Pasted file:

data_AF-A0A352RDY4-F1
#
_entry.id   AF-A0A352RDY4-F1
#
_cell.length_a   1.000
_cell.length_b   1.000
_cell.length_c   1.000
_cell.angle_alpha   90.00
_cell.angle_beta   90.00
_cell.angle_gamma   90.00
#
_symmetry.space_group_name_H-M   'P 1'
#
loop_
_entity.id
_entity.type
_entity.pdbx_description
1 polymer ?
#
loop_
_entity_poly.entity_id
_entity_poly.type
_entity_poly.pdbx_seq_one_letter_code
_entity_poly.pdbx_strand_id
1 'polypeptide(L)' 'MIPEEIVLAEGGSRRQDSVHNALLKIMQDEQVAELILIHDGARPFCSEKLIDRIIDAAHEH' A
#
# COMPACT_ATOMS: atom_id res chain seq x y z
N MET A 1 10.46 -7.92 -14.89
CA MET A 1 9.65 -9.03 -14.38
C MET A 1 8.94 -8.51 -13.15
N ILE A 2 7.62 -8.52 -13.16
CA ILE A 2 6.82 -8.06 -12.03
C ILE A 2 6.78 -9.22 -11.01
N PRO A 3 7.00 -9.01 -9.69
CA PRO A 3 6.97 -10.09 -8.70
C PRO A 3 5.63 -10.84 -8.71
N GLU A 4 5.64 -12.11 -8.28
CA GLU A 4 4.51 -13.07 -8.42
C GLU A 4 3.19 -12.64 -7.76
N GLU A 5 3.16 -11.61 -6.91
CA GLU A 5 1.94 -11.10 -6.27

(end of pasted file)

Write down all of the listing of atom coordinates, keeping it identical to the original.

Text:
data_AF-A0A352RDY4-F1
#
_entry.id   AF-A0A352RDY4-F1
#
_cell.length_a   1.000
_cell.length_b   1.000
_cell.length_c   1.000
_cell.angle_alpha   90.00
_cell.angle_beta   90.00
_cell.angle_gamma   90.00
#
_symmetry.space_group_name_H-M   'P 1'
#
loop_
_entity.id
_entity.type
_entity.pdbx_description
1 polymer ?
#
loop_
_entity_poly.entity_id
_entity_poly.type
_entity_poly.pdbx_seq_one_letter_code
_entity_poly.pdbx_strand_id
1 'polypeptide(L)' 'MIPEEIVLAEGGSRRQDSVHNALLKIMQDEQVAELILIHDGARPFCSEKLIDRIIDAAHEH' A
#
# COMPACT_ATOMS: atom_id res chain seq x y z
N MET A 1 10.46 -7.92 -14.89
CA MET A 1 9.65 -9.03 -14.38
C MET A 1 8.94 -8.51 -13.15
N ILE A 2 7.62 -8.52 -13.16
CA ILE A 2 6.82 -8.06 -12.03
C ILE A 2 6.78 -9.22 -11.01
N PRO A 3 7.00 -9.01 -9.69
CA PRO A 3 6.97 -10.09 -8.70
C PRO A 3 5.63 -10.84 -8.71
N GLU A 4 5.64 -12.11 -8.28
CA GLU A 4 4.51 -13.07 -8.42
C GLU A 4 3.19 -12.64 -7.76
N GLU A 5 3.16 -11.61 -6.91
CA GLU A 5 1.94 -11.10 -6.27